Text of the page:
An issue in the creation of all technology is that it is often made by a select group of people who share the same kinds of backgrounds and experiences.
For example only 11% of computer scientists creating AI are women. This means that however well intentioned creators are, they find it hard to fully understand how the systems they build affect people who have different lifestyles and issues. This is why more involvement from people with different backgrounds, ages and ways of life is needed – to question, check and refine the process of building AI systems and models.
Your responses and opinions need to be taken into account, and your feedback on new uses of AI is essential. We are developing different ways to work with companies to do this, from low commitment to a more formal role as a Citizen Advisor to companies building AI. A few of these schemes may be a good route into employment, if this is something you are interested in.
Unlike some forms of discrimination and negative impact, the harm done by AI is often invisible, which means that it is hard or impossible for people to challenge and change.
People have been unfairly turned down for a loan, been pressured into spending money they don’t have, or not offered services available to others, all based on things such as skin colour or gender. This is in many cases illegal, and we should have a right to know when machines make decisions about us. But in reality, information is not available and people can’t afford to challenge decisions, even if they had been aware they had been made.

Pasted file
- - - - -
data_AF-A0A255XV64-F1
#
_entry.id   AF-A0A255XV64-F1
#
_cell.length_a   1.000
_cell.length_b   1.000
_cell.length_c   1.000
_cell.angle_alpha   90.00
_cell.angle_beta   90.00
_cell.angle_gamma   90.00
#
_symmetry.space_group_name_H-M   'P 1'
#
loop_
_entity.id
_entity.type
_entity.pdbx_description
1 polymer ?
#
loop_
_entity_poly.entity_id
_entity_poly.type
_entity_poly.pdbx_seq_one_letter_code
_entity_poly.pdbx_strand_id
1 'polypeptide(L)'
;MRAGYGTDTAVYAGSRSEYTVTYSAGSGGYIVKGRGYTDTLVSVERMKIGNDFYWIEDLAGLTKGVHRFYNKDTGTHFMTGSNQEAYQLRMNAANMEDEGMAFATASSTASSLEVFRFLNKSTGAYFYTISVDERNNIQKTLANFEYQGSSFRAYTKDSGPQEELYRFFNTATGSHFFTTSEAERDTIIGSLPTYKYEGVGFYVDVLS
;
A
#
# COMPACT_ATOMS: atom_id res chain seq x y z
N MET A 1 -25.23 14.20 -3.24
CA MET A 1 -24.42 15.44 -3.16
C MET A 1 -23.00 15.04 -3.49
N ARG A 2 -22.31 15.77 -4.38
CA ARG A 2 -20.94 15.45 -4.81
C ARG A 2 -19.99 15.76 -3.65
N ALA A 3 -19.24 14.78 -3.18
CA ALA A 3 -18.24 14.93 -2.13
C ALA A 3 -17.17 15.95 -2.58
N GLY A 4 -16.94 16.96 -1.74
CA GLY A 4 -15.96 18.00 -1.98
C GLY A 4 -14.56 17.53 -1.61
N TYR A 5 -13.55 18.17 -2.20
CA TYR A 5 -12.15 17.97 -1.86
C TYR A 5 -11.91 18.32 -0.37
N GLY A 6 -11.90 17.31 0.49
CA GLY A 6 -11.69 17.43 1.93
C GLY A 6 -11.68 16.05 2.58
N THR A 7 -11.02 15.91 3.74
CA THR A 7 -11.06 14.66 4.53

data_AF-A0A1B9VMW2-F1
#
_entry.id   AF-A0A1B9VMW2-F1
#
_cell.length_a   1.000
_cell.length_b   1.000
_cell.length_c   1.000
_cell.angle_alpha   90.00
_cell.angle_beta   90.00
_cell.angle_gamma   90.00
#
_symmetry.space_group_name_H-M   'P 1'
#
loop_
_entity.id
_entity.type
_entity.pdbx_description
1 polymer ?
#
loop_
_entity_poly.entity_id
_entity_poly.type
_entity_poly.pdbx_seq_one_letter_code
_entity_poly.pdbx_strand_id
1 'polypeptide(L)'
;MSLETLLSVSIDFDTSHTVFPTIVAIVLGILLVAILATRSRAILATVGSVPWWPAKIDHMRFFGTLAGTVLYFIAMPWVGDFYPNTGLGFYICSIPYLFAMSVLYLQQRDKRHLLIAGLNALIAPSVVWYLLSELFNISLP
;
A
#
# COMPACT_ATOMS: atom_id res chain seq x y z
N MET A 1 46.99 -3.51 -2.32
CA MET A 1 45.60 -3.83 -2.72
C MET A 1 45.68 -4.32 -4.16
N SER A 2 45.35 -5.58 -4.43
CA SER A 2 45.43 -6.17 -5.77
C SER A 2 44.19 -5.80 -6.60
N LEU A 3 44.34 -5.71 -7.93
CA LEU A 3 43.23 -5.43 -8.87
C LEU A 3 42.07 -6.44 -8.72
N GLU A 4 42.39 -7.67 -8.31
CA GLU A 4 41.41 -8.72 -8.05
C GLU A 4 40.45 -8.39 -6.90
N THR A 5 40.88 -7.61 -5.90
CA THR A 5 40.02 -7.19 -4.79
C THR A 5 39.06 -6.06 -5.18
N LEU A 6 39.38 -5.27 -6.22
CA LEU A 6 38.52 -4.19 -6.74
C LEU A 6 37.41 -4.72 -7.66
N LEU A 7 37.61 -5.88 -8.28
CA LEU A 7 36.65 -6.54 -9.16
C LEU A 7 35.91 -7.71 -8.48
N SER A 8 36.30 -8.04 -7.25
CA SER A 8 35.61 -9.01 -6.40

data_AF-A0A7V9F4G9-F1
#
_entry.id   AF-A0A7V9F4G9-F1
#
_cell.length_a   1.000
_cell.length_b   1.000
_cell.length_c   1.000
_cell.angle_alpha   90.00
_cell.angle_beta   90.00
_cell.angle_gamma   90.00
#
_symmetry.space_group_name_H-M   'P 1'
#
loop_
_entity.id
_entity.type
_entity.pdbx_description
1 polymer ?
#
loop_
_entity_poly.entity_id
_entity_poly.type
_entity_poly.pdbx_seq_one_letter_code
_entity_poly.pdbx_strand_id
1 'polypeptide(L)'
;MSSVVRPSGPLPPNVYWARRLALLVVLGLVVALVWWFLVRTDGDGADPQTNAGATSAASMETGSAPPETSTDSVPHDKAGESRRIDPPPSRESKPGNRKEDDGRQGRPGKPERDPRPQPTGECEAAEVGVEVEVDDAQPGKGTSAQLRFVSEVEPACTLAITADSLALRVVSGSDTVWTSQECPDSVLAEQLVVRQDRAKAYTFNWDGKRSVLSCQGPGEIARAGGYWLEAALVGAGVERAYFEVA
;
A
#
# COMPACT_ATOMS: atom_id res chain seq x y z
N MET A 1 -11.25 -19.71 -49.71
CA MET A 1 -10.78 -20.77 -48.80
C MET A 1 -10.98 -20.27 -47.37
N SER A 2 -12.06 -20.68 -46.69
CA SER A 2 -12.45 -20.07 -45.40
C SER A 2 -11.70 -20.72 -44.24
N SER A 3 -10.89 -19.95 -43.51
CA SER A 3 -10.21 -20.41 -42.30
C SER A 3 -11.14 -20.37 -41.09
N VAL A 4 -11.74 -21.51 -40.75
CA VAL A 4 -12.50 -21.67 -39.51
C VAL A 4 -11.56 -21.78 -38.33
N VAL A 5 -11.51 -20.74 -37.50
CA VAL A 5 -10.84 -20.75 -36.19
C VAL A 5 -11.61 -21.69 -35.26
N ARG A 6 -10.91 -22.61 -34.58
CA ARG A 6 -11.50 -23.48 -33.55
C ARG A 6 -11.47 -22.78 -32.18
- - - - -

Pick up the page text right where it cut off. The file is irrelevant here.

Although further regulation is needed, it’s clear that existing laws surrounding equal opportunities and data privacy are regularly broken without challenge, and so we can’t just rely on regulation but on making AI accountable.
Your involvement in raising awareness can range from simply talking or sharing materials and surveys with your friends and family, to more formal positions – it all makes a difference. If you can reach out to groups regularly either on social media or in person, you could become a recognised We in AI Ambassador.
We are also rolling out a Community Educator Programme which will give you tools and training to run workshops or discussions with groups such as schools, community groups, charities and youth groups. You will enable them to think clearly about complicated issues, and empower them to take actions – such as safeguarding their data, demanding transparency about automated decision making, avoiding manipulation, knowing their rights.
As a society we need better visibility of how AI is changing people’s lives, and how it can be used for good. We can support you to flag issues you see, and link with research and studies, and campaigns to influence policy making.